Clearly, in the New Testament period itself, ordination was not a very clear-cut practice. Today it does serve to some level of regulation of who can and cannot do certain types of ministry within specific churches as well as provide certain legal status and responsibilities to those who are ordained in certain countries. Neither of these two consequences of ordination appears to have any biblically-based authority.
I am happy to see that certain portions of the Christian Church are in transition on this important subject. Unfortunately, some of the transition appears to be rooted in traditions that oppose the ministry of women in the pulpit and opposed to encouraging them to operate out of their God-given leadership gifts within the nuclear family.
However, some of the trends are that throughout the world more and more women have been responding to God’s call to pastoral and leadership vocations. They are in congregations where the Holy Spirit has called forth their spiritual gifts for leadership and teaching ministry and these women have faithfully responded to God’s call. They are preparing for effective leadership in ministry.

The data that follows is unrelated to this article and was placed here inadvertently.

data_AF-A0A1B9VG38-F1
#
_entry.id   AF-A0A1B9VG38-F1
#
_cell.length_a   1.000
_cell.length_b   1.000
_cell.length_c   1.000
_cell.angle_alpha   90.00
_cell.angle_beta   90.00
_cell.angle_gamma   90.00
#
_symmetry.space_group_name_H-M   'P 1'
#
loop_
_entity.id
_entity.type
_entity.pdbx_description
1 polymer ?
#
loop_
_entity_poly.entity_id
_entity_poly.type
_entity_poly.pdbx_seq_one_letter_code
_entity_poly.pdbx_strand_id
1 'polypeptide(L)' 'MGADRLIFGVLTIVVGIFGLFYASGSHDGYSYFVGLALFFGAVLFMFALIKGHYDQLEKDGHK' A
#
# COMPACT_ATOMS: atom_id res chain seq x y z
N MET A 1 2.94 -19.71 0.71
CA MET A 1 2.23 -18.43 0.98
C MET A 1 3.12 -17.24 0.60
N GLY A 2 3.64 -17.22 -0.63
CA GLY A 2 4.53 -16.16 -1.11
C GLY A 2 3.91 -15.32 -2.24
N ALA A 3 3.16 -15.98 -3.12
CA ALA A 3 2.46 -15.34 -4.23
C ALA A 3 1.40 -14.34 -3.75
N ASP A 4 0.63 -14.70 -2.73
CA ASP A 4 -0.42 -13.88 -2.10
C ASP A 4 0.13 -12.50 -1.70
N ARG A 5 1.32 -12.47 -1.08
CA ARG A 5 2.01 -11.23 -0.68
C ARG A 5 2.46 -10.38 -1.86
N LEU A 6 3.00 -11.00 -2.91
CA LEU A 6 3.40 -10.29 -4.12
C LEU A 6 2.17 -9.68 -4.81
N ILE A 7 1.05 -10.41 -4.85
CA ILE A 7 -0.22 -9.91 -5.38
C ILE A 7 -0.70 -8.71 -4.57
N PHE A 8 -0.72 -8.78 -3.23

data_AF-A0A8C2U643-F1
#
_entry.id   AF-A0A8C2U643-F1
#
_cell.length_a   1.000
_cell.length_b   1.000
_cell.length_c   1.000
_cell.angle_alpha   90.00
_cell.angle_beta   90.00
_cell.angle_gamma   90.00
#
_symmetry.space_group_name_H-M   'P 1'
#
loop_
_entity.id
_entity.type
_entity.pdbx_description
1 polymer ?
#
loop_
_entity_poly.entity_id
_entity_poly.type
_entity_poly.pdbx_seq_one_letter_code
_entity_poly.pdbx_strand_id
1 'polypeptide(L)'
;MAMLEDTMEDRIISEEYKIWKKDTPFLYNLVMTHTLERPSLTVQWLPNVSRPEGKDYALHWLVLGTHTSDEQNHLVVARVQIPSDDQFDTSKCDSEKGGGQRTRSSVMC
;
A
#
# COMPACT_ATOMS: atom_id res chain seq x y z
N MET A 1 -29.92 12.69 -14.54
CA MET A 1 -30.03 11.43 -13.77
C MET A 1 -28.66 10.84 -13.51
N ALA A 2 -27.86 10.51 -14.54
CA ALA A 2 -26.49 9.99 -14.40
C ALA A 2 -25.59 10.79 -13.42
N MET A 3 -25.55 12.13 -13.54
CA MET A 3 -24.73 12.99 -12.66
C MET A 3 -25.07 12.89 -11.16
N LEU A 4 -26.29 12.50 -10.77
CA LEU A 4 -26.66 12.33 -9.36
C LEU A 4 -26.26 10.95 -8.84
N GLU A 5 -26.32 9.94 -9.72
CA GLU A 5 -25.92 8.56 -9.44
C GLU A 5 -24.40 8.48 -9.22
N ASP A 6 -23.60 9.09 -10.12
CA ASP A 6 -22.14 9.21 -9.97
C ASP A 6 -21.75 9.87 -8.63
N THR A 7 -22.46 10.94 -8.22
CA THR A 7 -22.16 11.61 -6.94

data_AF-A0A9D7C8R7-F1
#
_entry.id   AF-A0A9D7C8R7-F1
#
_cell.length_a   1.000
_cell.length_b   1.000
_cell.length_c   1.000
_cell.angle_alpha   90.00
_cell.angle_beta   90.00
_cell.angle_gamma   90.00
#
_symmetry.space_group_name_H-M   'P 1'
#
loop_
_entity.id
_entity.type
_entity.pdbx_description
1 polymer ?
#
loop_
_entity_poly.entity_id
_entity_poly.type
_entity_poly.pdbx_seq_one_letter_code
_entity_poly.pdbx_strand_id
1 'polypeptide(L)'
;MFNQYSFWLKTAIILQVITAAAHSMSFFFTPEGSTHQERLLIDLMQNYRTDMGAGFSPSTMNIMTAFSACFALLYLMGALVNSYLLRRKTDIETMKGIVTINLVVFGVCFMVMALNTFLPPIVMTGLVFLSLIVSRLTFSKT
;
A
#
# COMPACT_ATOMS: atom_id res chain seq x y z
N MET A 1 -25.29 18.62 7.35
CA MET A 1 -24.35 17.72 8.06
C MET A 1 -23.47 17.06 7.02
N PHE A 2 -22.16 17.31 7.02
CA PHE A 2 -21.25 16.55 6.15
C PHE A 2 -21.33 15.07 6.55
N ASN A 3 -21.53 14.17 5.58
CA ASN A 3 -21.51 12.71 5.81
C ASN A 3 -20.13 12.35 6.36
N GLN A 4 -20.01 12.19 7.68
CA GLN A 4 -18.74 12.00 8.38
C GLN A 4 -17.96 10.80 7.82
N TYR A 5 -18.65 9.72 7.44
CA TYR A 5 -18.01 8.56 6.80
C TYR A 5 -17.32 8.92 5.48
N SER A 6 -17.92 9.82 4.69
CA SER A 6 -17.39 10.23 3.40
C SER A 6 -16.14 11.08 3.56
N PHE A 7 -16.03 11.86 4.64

An important thing to consider about the role of women in the more conservative Christian churches is that this issue about the role of Christian women is based on a difference in how to interpret scripture. There may well be other agendas such as traditional sexism and cultural chauvinism in some venues, but in conservative biblical circles, the issue is how one is to interpret the New Testament.
The challenge for us is to live out of our faith values discerned from God’s word NOT be held hostage to our cultural biases, no matter which side of this issue appeals to us personally. This divergence in theology and cultural preferences is not new and should call us to dialogue with one another, not to name-calling.
I believe that Jesus chose to start where people were. He was obviously calling into existence a faith-community in which traditional sexism – patriarchies as well as racism and slavery could be overcome. He called us to become one in our marriages. He called us to seek and develop unity in our churches and world.
Unity is not sameness, but being of one heart, cooperating together and unifying our diversities to serve God together. Such could not be accomplished by swift, simple, radical confrontation either in the church or the culture. I pray that you will seek the Word and Spirit of God as you examine this fundamental issue of our Christian practice.